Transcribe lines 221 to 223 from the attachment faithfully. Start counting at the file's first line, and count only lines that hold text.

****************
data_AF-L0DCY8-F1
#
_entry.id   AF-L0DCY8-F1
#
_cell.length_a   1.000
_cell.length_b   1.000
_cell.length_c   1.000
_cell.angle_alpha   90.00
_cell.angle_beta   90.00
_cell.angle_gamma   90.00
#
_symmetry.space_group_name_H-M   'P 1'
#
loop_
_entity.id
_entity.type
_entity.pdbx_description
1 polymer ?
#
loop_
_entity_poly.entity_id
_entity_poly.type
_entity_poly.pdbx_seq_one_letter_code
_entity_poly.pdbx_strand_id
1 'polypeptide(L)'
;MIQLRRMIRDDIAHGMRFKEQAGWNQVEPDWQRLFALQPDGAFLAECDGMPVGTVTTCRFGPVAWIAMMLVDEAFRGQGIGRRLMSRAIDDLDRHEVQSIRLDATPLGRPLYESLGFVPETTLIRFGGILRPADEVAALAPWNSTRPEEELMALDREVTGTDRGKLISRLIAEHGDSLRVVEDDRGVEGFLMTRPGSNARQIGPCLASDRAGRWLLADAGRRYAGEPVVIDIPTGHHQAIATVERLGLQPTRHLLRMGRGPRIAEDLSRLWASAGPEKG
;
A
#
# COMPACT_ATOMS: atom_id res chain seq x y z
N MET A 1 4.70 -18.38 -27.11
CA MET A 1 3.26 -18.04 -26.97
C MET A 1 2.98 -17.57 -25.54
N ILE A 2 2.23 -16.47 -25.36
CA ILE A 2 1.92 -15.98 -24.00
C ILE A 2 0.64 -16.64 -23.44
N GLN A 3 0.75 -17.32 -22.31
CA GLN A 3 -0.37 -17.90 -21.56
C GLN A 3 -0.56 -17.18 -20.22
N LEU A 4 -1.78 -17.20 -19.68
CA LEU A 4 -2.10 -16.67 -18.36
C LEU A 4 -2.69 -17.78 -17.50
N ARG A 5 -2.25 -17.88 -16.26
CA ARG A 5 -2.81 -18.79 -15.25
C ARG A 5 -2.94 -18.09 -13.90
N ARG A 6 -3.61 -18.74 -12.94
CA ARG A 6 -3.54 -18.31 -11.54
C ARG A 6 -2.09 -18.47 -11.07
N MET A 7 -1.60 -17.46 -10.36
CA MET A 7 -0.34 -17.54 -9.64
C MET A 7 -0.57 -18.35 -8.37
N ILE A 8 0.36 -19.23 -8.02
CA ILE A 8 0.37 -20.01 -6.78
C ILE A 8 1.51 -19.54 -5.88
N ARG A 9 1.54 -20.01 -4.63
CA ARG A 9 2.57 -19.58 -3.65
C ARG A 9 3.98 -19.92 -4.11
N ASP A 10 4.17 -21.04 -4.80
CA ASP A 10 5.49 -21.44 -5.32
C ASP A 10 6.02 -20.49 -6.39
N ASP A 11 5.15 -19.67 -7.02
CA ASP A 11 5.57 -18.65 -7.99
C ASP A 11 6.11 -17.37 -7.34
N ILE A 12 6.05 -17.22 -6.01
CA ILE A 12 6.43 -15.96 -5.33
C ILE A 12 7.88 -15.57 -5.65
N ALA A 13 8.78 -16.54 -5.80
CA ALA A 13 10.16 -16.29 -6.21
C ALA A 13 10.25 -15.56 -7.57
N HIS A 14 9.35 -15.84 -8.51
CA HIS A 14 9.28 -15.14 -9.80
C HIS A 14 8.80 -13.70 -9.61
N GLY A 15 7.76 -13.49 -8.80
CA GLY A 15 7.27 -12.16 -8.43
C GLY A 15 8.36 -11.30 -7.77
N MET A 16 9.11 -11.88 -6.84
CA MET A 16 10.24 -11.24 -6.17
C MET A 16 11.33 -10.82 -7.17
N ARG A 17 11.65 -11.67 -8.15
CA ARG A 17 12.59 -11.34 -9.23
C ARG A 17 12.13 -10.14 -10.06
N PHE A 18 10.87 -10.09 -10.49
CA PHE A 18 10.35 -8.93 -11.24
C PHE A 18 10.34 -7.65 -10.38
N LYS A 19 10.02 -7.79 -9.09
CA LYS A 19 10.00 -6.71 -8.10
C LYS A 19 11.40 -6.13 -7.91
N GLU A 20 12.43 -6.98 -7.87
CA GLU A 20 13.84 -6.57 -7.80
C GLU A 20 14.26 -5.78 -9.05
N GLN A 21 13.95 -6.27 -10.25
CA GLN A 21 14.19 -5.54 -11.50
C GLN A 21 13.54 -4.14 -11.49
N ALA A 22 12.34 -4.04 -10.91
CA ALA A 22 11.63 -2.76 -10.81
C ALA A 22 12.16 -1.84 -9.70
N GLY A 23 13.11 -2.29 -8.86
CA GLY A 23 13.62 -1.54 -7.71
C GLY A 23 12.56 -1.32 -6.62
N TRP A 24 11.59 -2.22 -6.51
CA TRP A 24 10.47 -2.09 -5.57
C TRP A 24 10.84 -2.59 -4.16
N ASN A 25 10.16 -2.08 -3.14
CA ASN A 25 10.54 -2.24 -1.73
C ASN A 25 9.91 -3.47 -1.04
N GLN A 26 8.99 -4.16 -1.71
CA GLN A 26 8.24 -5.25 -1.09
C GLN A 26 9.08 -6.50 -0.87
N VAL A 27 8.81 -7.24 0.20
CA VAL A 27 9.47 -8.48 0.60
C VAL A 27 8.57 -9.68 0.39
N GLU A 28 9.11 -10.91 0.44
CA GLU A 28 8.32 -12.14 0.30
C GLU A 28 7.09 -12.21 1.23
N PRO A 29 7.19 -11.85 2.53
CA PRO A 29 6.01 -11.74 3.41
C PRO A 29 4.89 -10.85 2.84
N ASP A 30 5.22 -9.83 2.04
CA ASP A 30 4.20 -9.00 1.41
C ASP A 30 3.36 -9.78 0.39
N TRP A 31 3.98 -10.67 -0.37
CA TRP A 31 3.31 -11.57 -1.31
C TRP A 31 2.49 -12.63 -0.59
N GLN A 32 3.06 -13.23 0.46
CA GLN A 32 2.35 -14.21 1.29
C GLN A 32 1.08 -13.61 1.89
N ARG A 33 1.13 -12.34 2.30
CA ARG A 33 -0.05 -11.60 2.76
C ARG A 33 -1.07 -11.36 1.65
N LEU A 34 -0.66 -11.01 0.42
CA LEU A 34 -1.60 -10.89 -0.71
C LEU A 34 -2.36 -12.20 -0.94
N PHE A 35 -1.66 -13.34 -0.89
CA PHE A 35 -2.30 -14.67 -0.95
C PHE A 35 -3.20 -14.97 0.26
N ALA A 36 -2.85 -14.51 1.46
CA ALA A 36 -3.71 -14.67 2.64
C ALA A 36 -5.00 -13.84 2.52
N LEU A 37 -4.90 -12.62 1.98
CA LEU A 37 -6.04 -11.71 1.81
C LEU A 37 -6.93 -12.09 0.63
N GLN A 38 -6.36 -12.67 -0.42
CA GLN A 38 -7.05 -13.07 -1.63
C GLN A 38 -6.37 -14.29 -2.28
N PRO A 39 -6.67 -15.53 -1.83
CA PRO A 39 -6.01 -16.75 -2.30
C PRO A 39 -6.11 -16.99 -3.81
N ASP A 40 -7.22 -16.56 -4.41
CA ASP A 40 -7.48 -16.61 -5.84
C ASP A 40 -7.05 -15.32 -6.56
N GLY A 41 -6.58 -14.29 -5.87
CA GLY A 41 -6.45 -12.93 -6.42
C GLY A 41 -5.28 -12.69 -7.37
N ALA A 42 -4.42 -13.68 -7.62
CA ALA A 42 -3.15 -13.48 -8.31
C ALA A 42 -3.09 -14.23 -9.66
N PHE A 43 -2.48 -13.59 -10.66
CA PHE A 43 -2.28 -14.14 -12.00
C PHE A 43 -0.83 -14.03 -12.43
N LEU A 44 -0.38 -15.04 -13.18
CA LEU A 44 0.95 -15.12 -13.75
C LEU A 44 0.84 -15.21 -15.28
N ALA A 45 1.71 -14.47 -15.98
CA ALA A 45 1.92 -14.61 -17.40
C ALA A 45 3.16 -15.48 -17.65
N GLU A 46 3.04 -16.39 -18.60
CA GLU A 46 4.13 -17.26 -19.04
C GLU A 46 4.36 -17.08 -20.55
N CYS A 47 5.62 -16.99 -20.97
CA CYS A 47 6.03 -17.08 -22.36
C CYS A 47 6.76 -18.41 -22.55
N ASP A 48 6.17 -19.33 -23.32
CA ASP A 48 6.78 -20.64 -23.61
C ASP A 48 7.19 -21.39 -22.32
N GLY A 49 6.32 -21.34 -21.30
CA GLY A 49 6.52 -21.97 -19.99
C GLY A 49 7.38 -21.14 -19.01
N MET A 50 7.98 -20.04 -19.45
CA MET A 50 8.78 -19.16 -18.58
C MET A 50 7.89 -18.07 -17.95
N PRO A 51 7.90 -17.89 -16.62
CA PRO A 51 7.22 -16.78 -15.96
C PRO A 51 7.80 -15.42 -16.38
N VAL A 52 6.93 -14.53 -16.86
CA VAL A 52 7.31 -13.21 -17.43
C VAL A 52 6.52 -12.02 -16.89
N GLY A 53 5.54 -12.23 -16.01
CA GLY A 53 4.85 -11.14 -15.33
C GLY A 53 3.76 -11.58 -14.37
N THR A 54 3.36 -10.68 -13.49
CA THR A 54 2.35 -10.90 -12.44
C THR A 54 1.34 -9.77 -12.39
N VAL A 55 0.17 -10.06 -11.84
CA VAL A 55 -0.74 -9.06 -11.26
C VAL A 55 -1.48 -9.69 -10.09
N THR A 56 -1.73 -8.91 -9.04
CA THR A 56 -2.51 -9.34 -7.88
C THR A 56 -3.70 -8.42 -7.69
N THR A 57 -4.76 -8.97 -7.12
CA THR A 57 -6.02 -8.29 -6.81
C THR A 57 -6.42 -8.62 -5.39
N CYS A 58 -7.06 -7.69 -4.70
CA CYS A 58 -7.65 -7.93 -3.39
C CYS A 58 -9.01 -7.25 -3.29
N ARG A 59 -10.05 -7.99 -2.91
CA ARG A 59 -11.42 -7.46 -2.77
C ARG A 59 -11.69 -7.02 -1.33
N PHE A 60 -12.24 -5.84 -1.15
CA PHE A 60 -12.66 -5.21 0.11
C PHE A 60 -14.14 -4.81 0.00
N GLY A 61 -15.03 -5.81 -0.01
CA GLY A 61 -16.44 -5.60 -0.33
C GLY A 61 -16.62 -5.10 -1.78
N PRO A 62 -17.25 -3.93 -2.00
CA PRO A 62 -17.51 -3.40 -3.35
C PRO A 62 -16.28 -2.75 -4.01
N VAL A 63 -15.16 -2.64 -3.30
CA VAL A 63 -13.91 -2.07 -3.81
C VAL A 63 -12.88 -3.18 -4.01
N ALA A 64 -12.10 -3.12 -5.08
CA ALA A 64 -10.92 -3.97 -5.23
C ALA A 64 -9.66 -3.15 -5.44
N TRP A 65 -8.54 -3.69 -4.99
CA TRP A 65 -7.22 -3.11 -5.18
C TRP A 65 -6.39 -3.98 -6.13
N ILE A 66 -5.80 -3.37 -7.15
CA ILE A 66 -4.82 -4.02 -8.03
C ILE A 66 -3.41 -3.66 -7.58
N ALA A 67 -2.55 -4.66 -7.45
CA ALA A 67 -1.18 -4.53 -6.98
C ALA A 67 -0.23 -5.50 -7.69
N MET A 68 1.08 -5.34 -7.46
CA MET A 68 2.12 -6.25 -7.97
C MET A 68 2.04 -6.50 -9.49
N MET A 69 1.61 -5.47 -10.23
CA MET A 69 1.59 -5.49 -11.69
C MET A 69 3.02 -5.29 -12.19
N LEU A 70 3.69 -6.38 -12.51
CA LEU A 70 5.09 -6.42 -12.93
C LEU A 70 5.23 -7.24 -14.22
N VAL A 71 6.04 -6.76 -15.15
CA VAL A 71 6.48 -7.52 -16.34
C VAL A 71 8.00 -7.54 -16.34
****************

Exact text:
CA ALA A 64 -10.92 -3.97 -5.23
C ALA A 64 -9.66 -3.15 -5.44
N TRP A 65 -8.54 -3.69 -4.99